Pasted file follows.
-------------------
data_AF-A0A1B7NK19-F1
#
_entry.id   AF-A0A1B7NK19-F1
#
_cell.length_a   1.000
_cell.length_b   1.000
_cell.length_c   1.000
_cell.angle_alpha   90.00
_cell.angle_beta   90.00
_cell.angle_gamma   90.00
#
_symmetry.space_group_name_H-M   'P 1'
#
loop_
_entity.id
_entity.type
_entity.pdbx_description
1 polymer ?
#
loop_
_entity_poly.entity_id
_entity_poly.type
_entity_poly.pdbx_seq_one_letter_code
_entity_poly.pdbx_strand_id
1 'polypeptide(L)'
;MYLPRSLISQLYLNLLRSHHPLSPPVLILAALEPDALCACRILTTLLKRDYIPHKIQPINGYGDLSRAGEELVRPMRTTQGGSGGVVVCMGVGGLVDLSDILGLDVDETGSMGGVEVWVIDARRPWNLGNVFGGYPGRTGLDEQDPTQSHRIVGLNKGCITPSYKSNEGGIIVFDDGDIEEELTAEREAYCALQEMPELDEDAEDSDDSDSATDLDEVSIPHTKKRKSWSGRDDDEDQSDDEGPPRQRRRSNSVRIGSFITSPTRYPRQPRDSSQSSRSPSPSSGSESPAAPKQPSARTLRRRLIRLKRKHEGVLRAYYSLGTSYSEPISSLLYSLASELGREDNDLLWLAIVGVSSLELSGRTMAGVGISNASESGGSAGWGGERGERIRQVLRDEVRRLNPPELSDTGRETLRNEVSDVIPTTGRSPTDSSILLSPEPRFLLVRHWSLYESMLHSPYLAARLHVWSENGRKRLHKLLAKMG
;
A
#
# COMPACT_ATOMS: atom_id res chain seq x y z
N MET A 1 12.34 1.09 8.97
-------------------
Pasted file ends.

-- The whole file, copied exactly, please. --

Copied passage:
data_AF-A0A1B7NK19-F1
#
_entry.id   AF-A0A1B7NK19-F1
#
_cell.length_a   1.000
_cell.length_b   1.000
_cell.length_c   1.000
_cell.angle_alpha   90.00
_cell.angle_beta   90.00
_cell.angle_gamma   90.00
#
_symmetry.space_group_name_H-M   'P 1'
#
loop_
_entity.id
_entity.type
_entity.pdbx_description
1 polymer ?
#
loop_
_entity_poly.entity_id
_entity_poly.type
_entity_poly.pdbx_seq_one_letter_code
_entity_poly.pdbx_strand_id
1 'polypeptide(L)'
;MYLPRSLISQLYLNLLRSHHPLSPPVLILAALEPDALCACRILTTLLKRDYIPHKIQPINGYGDLSRAGEELVRPMRTTQGGSGGVVVCMGVGGLVDLSDILGLDVDETGSMGGVEVWVIDARRPWNLGNVFGGYPGRTGLDEQDPTQSHRIVGLNKGCITPSYKSNEGGIIVFDDGDIEEELTAEREAYCALQEMPELDEDAEDSDDSDSATDLDEVSIPHTKKRKSWSGRDDDEDQSDDEGPPRQRRRSNSVRIGSFITSPTRYPRQPRDSSQSSRSPSPSSGSESPAAPKQPSARTLRRRLIRLKRKHEGVLRAYYSLGTSYSEPISSLLYSLASELGREDNDLLWLAIVGVSSLELSGRTMAGVGISNASESGGSAGWGGERGERIRQVLRDEVRRLNPPELSDTGRETLRNEVSDVIPTTGRSPTDSSILLSPEPRFLLVRHWSLYESMLHSPYLAARLHVWSENGRKRLHKLLAKMG
;
A
#
# COMPACT_ATOMS: atom_id res chain seq x y z
N MET A 1 12.34 1.09 8.97